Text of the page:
“That’s worse,” M said, “because it now leads to nothing, and therefore serves no discernable point. You also have him outwitting highly-trained criminals by ducking behind a door.”

“He’s very clever.”

“I don’t think anyone would know that from this.”

“Perhaps it was a very unremarkable door, so they wouldn’t think to check.”

“I fear for your safety in the field. Anyway, Q has analyzed this ring for you, which was somehow possibly worn by everyone who has ever inconvenienced you, which means he begs your pardon for having doubted you in the first place, which is a rather disgustingly self-aggrandizing thing to have included.”

“I’ll admit that.”

“And you go into as much strange detail on it as you do Dr. Misspelling’s dress and every single car you deign to mention.”

Bond hastily cast about for a new subject. “You do come off rather well in it all, sir.”

“Aside from my strangely disloyal employees, yes, I’ll admit that I do. Quite flattering. Why do I suspect all that was incorporated just to forestall me from binning this whole exercise?”

“A vain hope.”

“Quite. Eve, by the way, would like you to know that she would have expected she would have more lines in this, and she can always shoot you again.”

“I expect she’ll increase her presence in rewrites.”

“See that she does. –You then discover a hidden chamber Mr. White was evidently able to create in a hotel room—I’m not convinced that makes any sense—and you use coordinates you find within it to discover the lair your former brother, Oberhauser, a.k.a. Blofeld, a.k.a, according to what I can only assume was a Freudian slip, Hans Landa, has made inside a valley created by a meteor. I can see the brotherly resemblance. You’ve given him your gift for trite melodrama.”

“I don’t have a gift for trite melodrama.”

“Allow me to draw your attention to the scene in which your enemy has decided to torture you by endeavoring—apparently wildly inefficiently—to surgically take away your facial recognition skills.”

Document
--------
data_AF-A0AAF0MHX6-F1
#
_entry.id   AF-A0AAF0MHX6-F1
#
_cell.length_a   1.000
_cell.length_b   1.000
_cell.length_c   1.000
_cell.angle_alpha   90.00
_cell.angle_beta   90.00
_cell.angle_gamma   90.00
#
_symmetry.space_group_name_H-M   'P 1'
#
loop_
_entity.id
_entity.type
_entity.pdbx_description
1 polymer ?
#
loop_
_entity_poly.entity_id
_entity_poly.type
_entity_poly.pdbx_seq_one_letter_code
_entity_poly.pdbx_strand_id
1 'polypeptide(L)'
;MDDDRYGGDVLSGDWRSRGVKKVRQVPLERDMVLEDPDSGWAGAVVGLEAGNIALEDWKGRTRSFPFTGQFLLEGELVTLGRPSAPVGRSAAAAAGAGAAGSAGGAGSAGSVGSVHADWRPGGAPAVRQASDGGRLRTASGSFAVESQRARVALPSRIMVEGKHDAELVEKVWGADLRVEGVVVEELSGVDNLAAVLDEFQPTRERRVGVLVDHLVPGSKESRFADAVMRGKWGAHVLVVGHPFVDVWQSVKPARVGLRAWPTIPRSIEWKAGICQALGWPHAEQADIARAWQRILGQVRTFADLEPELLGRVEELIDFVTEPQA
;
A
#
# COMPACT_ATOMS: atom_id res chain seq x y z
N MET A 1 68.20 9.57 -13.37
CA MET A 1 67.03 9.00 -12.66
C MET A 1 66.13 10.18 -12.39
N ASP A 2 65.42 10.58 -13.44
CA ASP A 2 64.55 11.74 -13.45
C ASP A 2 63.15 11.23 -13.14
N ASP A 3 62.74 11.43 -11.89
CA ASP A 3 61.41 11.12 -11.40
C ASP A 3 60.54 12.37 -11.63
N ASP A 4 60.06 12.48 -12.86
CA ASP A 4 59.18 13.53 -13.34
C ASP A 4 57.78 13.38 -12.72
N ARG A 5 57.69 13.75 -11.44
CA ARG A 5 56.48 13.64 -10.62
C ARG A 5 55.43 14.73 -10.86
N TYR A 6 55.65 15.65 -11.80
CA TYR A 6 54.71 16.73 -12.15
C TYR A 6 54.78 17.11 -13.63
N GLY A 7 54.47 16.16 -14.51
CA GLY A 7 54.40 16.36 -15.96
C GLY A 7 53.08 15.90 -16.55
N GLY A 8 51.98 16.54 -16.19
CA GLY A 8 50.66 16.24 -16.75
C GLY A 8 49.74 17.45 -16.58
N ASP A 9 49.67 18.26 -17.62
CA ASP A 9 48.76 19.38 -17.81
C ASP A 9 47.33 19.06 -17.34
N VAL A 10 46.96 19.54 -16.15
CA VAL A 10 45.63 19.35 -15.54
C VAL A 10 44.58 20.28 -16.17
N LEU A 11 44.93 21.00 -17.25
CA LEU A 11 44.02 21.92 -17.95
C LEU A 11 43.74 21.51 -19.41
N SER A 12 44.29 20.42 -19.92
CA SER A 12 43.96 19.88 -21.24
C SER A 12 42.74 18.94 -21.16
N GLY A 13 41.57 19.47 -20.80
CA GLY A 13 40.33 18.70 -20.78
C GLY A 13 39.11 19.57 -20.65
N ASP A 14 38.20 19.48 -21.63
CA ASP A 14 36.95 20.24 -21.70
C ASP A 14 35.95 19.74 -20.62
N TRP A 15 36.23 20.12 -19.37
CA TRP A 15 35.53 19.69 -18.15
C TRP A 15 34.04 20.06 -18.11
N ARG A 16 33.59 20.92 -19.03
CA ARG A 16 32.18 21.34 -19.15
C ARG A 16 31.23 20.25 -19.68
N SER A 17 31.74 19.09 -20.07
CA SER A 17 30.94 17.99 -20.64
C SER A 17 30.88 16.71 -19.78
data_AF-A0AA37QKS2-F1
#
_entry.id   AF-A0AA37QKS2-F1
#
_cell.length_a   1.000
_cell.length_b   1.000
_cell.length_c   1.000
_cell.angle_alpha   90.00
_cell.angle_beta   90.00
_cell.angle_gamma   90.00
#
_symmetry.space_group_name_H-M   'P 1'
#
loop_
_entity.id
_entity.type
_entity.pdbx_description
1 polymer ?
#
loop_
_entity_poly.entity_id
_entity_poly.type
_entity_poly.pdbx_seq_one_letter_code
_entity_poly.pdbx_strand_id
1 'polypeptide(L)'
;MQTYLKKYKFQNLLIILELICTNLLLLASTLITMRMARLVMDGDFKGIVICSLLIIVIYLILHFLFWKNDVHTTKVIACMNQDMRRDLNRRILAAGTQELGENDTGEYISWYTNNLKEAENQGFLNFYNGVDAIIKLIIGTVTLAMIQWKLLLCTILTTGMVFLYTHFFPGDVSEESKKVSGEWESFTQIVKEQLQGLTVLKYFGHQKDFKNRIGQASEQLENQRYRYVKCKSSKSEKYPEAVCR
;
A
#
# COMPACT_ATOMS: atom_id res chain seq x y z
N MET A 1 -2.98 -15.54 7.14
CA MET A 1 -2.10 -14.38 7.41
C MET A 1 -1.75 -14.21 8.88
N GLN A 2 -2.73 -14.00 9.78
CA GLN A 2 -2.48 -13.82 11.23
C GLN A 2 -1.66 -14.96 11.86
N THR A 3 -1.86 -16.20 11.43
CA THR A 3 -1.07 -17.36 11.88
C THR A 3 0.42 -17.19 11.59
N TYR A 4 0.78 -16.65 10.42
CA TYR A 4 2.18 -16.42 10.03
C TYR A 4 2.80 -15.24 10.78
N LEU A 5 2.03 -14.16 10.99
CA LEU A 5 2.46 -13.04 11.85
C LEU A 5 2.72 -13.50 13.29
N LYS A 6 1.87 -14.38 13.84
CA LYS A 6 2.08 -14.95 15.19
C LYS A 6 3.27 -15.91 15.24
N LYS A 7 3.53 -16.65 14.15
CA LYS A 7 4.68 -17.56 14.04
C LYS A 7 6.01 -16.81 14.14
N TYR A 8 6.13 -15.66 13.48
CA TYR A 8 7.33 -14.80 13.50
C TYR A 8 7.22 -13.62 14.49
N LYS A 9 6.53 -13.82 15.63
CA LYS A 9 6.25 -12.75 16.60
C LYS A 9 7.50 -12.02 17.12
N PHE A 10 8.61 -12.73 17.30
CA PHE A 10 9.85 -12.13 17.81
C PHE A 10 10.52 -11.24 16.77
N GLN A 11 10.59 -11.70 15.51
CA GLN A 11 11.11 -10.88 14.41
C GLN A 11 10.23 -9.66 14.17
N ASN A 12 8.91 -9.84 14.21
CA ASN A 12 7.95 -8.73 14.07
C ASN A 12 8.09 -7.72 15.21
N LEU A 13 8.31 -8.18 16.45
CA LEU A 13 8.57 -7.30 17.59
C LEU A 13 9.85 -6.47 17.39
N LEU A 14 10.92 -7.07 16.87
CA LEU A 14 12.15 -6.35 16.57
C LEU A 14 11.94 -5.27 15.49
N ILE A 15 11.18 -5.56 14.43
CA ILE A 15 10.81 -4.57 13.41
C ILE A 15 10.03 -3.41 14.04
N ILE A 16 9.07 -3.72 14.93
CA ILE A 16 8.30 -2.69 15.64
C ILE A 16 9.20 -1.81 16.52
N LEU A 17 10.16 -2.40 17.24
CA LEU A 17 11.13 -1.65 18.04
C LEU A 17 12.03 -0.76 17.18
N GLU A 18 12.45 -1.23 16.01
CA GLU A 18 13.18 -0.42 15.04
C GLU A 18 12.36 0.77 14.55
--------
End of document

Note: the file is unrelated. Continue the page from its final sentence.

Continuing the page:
“It’s insidious.”

“It’s contrived,” M said shortly. “Approximately as contrived as the fact that you arrive at this compound, voluntarily surrender your weapon, and then seem surprised when it all goes horribly wrong.”

“I was surprised by how it went horribly wrong.”

“Well, agree to disagree. You then escape, thanks to an exploding watch of the exact sort I’ve been told we don’t make any longer. Everyone else around you has, apparently, dreadful aim. The entire compound then explodes, courtesy of our old friend ‘for some reason,’ and you and our impending lawsuit escape via—something. You’ve presumably just blown everything up, so I’m not quite sure.”

“I’ll include more detail.”

“I’d prefer you didn’t, actually, as I’d rather not read another passage about someone’s automobile. We then skip to London, where you meet up with us. Not Actually Dr. Swann leaves just in time to be kidnapped and you and I pile into a car just in time for you to also be kidnapped. Given this fixation, clearly the best thing we can do for your next birthday is pay someone to grab you off the street and give you a thrill.”

“It’s not a fixation.”

“We’ll leave that question to your next psychiatrist. Q then takes down an international surveillance system, and you specifically note that this is very impressive work, and I lecture a man until he falls off a roof, which is presumably less impressive, as you don’t take time to praise me for it.”

“I didn’t think it was as impressive, no.”

“Then you are once again the victim of an elaborately staged scenario in which you have to rescue the maiden fair, which you do. You then don’t murder Blofeld in plain sight, which you try your damnedest to make into a moment of crushing moral rectitude—yet another thing that worries me—and then you walk off with Madeleine-with-an-i. This at least ought to be the end, but instead, you’ve written in this extremely bizarre postscript in which you come back and get a car from Q.”

“I like that car.”